The best road bike has
- A strong, lightweight frame. Aluminum is the most common material used in recreational bike frames. Lighter carbon and even titanium, which helps displace vibrations, is popular for higher-end models, especially those meant for racing.
- Light, reliable wheels. Probably the second most important feature of a bike after its frame is the wheels. Riders commonly complain that bikes with otherwise good components have wheels that are heavy. Many switch out the stock wheels for a lighter pair.
- An easy-to-pedal crankset. More expensive professional racing bikes often come with a double rather than triple crankset -- two chain rings up front instead of three -- that can be difficult for recreational riders in hilly terrain. Ask local bike shop experts about the best options based on your riding style.
- Versatile speeds. Ten-speed gearing in the rear derailleur is standard on mid- to high-end road bikes, although some entry-level models often have nine-speed or eight-speed gearing.
- A comfortable saddle. Different seats are designed for various riding styles depending on where riders put more of their weight, but even an excellent saddle will be uncomfortable if you haven't sized the bike correctly.
- Reliable brakes. While most bikes still have rim brakes that clamp the wheel's rim to slow the bike, an increasing number use more-sophisticated disc brakes that employ a rotor on the wheel hub activated by hydraulic pressure. Both types of brakes have their pros and cons; disc brakes are a bit more precise, while rim brakes are lighter and simpler to repair.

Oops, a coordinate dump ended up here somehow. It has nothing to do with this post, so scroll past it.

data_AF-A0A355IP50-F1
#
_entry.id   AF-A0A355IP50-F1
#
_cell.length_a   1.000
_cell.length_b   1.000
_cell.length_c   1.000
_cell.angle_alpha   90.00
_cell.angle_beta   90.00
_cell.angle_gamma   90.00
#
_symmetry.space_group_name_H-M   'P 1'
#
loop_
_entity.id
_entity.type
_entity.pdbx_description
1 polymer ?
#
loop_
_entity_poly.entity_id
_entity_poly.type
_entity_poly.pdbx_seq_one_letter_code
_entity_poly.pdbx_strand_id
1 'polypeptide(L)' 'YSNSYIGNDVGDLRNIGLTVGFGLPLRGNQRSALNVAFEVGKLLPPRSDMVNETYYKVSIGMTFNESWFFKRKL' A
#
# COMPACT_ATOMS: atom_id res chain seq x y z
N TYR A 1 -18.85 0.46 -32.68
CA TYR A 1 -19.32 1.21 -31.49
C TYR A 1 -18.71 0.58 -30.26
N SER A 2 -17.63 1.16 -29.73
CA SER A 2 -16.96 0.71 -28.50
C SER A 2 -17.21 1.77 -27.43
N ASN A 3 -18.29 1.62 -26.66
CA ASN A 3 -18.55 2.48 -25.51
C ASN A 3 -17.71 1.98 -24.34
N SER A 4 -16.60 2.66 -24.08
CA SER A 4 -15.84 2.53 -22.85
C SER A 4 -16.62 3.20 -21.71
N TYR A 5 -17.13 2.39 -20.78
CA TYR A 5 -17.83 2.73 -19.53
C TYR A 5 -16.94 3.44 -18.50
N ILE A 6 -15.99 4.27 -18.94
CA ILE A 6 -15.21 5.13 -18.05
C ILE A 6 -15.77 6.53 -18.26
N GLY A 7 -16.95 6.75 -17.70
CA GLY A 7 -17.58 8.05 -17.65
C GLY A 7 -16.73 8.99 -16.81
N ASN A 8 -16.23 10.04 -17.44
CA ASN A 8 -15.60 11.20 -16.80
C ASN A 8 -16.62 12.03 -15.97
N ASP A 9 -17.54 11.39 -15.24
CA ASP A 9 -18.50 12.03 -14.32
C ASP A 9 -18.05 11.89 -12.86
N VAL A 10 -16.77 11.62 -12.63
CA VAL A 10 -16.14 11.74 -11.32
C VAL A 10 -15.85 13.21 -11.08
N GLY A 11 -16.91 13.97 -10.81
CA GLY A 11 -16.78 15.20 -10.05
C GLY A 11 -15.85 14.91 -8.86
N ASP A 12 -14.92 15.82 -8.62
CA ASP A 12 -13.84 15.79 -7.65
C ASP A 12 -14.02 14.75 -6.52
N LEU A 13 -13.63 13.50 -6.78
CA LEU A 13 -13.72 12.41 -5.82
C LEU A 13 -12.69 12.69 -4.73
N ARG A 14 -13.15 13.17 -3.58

Know before you go
What style of riding will you do? Will you use the bike just for commuting to work, or are you a long-distance rider and race enthusiast? This makes a big difference in choosing a bike, including when deciding between a triple or double compact crankset. Although many serious cyclists look down on road bikes with triple cranksets because they don't shift as precisely as doubles and compacts, triple cranksets tend to make it easier to power up hills.
Will you be traveling with your bike? Whether you will be taking your bike for a weekend away, heading to the local park, or traveling for a race, you may want to take in to consideration the impact of travel on your bike purchase. A lighter bike may be easier to maneuver on and off of a bike rack whereas a bike with a smaller footprint or a folding frame may be best for cyclists who will be traveling distances or commuting on a bus or train.
Do you plan on battling the elements on your bike? While a little bit of rain is no big deal for most quality road bikes, riders who face consistently wet, muddy, icy or snowy weather may want to look for a bike with disc brakes instead of more-common rim brakes. Disc brakes have more reliable stopping power, especially in less-than-ideal conditions.
What size frame do you need? Determining the proper size frame for your new bike is essential for both comfort and efficiency. If you choose a frame that's too big, you'll find it difficult to control, reach the ground, or even reach the shifters and brakes. A frame that's too small will be not only uncomfortable and inefficient to ride, but you also run the risk of injuring your knees. Most road bike manufacturers offer a variety of sizes, so visit your local bike shop to get a feel for what specific measurements you'll need – this is especially critical if you're ordering a bike online.
Set aside more cash for accessories. The bike is your main expense, but remember all the odds and ends you'll need to accompany it. Those may include a well-fitted helmet, a tire repair kit and pump, spare tubes, chain lubricant, cycling clothing and shoes, and even pedals – yes, pedals, which are often missing from higher-end road bikes because manufacturers assume riders already have a preferred brand. And, if you're going to need to transport your bike, you'll need a sturdy bike rack. And don't forget a good bike lock, which we cover in their own report.